11. I’m curious about the feasibility of their eastward turn from SLU to Capitol Hill as shown here. On U-Link, the train climbs ~205′ in 1 mile from 60′ under Westlake (60′ net elevation) to 65 feet under Capitol Hill (265′), or roughly a 4% grade.

    Consider SLU to Capitol Hill as shown here, tunneled from 65′ feet under Fairview/Harrison (25′) to the vicinity of CHS (265′). That’s a 240′ climb in only .6 miles, or a 7.6% grade. To achieve a U-Link like grade of 4%, the second Capitol Hill station would need to be no more than a 125′ climb from SLU, leaving you two options: a winding switchback underneath Capitol Hill to lengthen the approach, or building a station no higher than 150′ elevation, or roughly 180′ feet deep (20′ feet deeper than Beacon Hill). While not precedent busting by Moscow or Kiev standards, that would be very deep for a North American station, on par with Forest Glen in the Washington Metro (196′), though not as deep as Washington Park MAX, which is the deepest in the U.S. (260′). But this would ostensibly be a transfer station with access to the Blue and Red lines, so how the hell would you build that? Doesn’t make sense to me.

    1. You don’t have to do it on a perfectly straight line. Ulink didn’t. Those curves are there to solve the exact problem you are describing.

      1. Yeah, I was updating my comment to add that in at the same time you replied. Yay editor privileges!

    2. Well, this’s supposed to be a transfer station, so let’s suppose they build it right under the existing U-Link Capitol Hill station: say 95 feet under, 230′ elevation. Also, let’s assume no mezannine above the Fairview station, which ups the starting point to 55 feet. That’d be 175′ gain in .6 miles (3168 ft) = 5.5% grade, which is doable. Some curves would make it even more doable; 4% grade would require only 4375 linear feet.

    3. Well a rubber tired subway could do it. But I agree, alignment proposals should do a better job of explaining how obvious technical constraints might be addressed.

    4. What about high speed elevators to/from CHS to the Yellow Line station below? A bit unorthodox, I agree, but possibly a way to facilitate both transfers to the Red Line and surface access from a very deep station.

    5. Zach –

      I agree that the yellow line would likely be tricky past downtown but I think we’ll leave that to the engineers.

      There is a lot of demand and dense neighborhoods to the east of the SLU stop. We would want to see HCT analysis documents before speculating on what the best confuguration is.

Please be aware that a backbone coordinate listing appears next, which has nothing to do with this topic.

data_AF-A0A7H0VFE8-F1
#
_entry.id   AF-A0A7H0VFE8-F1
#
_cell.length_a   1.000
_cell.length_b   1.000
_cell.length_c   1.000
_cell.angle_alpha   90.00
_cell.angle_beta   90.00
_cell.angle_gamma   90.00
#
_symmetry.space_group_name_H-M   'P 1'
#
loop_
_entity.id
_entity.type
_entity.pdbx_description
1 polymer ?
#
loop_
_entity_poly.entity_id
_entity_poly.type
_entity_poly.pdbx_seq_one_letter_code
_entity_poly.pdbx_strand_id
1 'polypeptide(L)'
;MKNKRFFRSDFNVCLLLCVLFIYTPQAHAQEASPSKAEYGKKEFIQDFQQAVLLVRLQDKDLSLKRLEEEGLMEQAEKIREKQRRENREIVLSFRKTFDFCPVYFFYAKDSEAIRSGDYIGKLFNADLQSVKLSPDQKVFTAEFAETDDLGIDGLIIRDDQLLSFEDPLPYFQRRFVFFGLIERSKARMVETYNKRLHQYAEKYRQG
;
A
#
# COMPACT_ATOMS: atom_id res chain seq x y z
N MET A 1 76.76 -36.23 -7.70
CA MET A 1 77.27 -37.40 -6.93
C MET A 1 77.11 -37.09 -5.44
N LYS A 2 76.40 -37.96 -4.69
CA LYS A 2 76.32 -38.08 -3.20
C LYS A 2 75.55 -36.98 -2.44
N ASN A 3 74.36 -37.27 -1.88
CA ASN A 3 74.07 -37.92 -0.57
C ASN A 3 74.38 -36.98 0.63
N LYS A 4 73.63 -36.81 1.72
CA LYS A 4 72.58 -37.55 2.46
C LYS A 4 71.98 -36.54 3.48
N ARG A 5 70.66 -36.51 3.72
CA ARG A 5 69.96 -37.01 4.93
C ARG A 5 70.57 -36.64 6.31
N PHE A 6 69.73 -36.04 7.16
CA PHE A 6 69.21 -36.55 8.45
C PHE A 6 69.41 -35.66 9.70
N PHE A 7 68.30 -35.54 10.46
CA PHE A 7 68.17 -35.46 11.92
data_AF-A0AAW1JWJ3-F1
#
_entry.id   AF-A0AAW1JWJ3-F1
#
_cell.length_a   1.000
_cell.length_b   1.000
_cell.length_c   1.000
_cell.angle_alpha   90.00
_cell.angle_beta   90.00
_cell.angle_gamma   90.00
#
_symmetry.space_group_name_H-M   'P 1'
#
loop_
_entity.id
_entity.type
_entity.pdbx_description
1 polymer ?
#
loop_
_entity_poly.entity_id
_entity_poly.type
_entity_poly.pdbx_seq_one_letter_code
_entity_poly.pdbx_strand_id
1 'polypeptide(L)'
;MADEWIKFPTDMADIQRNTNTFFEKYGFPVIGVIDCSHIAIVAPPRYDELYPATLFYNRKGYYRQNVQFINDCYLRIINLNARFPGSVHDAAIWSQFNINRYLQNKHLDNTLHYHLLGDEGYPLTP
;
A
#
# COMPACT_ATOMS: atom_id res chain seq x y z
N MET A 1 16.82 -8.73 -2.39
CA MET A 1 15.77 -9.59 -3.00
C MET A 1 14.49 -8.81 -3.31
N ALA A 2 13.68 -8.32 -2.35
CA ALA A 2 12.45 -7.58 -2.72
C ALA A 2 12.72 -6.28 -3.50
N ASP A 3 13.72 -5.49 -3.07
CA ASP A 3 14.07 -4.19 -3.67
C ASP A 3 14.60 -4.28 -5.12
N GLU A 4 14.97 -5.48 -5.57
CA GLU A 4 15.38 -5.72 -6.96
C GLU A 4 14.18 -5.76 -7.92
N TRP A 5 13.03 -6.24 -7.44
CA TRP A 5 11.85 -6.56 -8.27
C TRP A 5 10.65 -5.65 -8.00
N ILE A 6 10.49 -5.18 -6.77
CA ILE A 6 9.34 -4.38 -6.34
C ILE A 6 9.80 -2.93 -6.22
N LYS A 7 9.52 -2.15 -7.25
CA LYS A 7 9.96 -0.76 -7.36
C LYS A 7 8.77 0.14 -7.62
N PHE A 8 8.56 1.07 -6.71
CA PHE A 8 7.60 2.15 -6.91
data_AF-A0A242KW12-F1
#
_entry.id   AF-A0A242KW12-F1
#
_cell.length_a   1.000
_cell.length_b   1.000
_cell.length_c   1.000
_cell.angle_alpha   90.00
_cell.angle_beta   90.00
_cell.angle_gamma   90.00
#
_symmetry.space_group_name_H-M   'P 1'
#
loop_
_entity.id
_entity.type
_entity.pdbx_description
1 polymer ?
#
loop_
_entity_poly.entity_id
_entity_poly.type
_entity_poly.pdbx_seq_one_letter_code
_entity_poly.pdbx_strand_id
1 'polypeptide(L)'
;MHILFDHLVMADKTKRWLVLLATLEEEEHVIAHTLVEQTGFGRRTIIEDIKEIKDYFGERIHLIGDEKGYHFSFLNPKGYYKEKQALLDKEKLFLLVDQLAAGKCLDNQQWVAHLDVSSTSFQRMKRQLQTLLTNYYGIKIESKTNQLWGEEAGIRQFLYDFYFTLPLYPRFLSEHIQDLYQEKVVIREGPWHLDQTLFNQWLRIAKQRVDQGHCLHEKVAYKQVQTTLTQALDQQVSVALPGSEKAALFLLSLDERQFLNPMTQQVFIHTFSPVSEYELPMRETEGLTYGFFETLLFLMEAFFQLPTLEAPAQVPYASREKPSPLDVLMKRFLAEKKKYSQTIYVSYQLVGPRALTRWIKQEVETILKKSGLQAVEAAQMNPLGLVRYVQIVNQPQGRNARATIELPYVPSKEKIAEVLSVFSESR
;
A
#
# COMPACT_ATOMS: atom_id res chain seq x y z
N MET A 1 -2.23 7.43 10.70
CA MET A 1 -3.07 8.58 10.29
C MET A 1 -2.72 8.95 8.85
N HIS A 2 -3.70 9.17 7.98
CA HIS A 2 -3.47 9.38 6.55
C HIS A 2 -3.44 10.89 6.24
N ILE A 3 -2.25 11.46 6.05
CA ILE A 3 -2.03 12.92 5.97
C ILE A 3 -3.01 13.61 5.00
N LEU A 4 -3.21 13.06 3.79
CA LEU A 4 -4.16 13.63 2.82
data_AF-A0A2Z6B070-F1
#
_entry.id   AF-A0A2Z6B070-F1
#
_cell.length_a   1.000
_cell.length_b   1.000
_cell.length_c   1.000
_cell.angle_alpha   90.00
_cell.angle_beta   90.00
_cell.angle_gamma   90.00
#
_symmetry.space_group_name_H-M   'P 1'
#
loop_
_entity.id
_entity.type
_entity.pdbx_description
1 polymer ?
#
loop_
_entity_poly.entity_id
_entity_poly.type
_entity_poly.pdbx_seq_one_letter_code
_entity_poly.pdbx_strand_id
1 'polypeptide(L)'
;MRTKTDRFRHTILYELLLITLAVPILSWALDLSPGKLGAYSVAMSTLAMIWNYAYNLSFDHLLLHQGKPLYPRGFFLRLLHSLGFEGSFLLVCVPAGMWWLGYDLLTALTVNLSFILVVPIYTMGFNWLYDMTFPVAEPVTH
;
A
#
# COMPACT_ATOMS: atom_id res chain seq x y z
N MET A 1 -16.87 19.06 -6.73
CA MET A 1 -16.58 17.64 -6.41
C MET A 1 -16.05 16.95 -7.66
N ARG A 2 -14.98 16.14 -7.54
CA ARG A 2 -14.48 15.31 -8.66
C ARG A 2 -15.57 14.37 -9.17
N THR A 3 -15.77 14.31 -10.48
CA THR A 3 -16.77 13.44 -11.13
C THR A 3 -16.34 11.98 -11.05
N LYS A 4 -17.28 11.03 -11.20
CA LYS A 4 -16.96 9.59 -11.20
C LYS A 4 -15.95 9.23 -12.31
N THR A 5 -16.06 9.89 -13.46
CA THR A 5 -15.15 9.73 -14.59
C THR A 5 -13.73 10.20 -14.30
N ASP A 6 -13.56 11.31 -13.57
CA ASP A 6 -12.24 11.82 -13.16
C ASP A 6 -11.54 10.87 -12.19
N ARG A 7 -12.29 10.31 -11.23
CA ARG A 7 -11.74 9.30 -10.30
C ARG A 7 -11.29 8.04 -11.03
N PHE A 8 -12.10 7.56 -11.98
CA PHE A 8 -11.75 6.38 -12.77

We suspect a very good line could be built to the east of SLU – it would be expensive to build but have very high ridership.

  12. The turn there would make require the train so slow down substantially, which would slow down both the red line here and the yellow line, reducing capacity of both lines.

    I would how much this would cost? I don’t think connecting to the Capitol Hill station is realistic with the depth issues Zach noted. It seems like something on the order of $2~$3 billion. Not sure that’s worth it.

    1. But the turn would be just north of the Belltown station where both lines stop, so they’d be traveling fairly slow there anyway. It’d still slow down things marginally, but only marginally.

      (Your points about the cost are well-taken, though.)

    2. Andrew, I am convinced you do not understand the finance behind these lines. There is no evidence that a 1/4 long line would cost anywhere close to $2-3B. You need to get over that idea.

      1. $2-3 billion was for the capitol hill connection, not for the 1/4 mile line. That would be maybe more like $500 million, I dunno.

      2. The U link connection came in at $1.9B for 3.15 miles, so a cost of $600M/mile. However, we know that the project is coming in under budget by over $100M. The $600M/mile a number is not an accurate number to use, because of the massive contingency ST placed in the budget. It had to tunnel under I-5 and the Cut. Your earlier comments about the above proposal do not take this into consideration.

        The yellow line could be more reasonably estimated as an extra $150-$200M for the entire Ballard line.

      3. Costs don’t work that way, it’s not just distance/per mile. Stations costs money, and transfer stations cost more.